target on your backThe New York Times and our own site reported earlier this week that young people who are autistic are far more likely to be bullied than other children. Why is that?

Autism falls under the category of pervasive developmental disorders, a group of disorders that manifest in delays or a lack of development of social and communication skills. We don’t know why these disorders occur. The symptoms of the disorder are the exact reasons that make young people with autism vulnerable.
The ability to read social cues – deciphering if you are being made fun of versus being told a joke, articulating thoughts and feelings into words and recognizing other people’s personal boundaries are just a few ways these symptoms manifest.

More specifically, the New York Times reported that students who are considered ‘higher functioning’ and thus integrated in mainstream classes are in the most danger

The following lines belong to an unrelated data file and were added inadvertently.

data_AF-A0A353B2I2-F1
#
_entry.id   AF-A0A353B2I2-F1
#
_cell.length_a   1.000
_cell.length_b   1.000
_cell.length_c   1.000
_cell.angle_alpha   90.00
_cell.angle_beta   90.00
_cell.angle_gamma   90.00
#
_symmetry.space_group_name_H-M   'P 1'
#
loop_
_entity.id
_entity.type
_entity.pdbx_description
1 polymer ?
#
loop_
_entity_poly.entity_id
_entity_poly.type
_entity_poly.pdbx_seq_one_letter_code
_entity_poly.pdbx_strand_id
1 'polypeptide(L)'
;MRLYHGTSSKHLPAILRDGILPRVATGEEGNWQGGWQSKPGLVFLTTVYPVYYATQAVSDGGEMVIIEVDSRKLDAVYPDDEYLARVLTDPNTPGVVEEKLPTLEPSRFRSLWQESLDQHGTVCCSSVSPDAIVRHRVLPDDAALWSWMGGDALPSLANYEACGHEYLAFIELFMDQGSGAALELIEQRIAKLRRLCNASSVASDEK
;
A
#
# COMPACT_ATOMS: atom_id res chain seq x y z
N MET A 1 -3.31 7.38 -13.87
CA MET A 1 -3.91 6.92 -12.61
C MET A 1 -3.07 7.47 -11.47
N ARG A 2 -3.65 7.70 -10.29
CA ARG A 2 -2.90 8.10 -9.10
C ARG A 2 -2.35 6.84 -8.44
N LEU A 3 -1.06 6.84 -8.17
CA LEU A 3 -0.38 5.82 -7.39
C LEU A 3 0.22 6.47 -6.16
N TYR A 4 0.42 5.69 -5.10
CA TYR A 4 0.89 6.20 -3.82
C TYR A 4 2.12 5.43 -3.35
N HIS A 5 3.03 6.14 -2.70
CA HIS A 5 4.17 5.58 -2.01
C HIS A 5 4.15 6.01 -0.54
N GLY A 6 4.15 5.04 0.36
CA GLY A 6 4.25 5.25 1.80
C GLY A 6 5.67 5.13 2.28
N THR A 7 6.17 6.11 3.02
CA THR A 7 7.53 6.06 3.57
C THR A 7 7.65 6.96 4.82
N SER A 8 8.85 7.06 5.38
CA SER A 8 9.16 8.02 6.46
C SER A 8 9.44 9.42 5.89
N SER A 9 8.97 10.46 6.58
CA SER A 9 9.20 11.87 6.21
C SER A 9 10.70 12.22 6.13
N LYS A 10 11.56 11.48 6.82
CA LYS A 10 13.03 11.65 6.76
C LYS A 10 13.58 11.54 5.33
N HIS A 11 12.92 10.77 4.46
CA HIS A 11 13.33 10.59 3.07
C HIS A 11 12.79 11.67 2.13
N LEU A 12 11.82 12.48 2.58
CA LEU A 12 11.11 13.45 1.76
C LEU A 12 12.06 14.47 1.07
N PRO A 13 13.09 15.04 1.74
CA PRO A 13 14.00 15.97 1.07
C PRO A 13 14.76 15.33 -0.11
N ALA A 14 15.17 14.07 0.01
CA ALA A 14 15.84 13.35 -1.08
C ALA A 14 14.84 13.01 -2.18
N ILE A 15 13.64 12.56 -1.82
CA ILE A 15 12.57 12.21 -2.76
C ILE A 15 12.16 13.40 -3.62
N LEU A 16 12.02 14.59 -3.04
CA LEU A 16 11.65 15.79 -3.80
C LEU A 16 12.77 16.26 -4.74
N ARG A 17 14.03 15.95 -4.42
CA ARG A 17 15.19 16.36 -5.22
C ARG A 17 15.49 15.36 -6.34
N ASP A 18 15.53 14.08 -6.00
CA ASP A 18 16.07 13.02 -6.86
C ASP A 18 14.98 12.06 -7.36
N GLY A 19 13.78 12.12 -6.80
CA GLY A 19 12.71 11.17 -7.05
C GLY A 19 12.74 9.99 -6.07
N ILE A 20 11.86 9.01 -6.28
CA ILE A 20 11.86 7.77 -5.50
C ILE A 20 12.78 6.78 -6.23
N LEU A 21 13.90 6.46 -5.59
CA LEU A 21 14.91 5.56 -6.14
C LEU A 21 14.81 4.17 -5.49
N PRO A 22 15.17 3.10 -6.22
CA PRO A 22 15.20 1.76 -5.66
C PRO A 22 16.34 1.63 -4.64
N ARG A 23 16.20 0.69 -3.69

The children at greatest risk, it turns out, appear to be those who also hold the most promise for leading an independent life. The researchers found that the risk of being bullied was greatest for high-functioning children who end up not in special education programs, but in mainstream classes, where their quirks and unusual mannerisms stand out and they are more exposed to bullies.

Which makes sense – if you are the odd one out, it lays the ground work for a student with a propensity to bully to do so! The responsibility to keep integrated classrooms safe seems to fall on educators. Keeping our classrooms safe for our kids involves all adults – parent, teachers, nannies, coaches, etc – involved in our children’s lives to talk about diversity. Race, ethnicity, gender, learning styles and a whole host of diversity issue should be part of our every day discussions with our children.

Man with target photo available from Shutterstock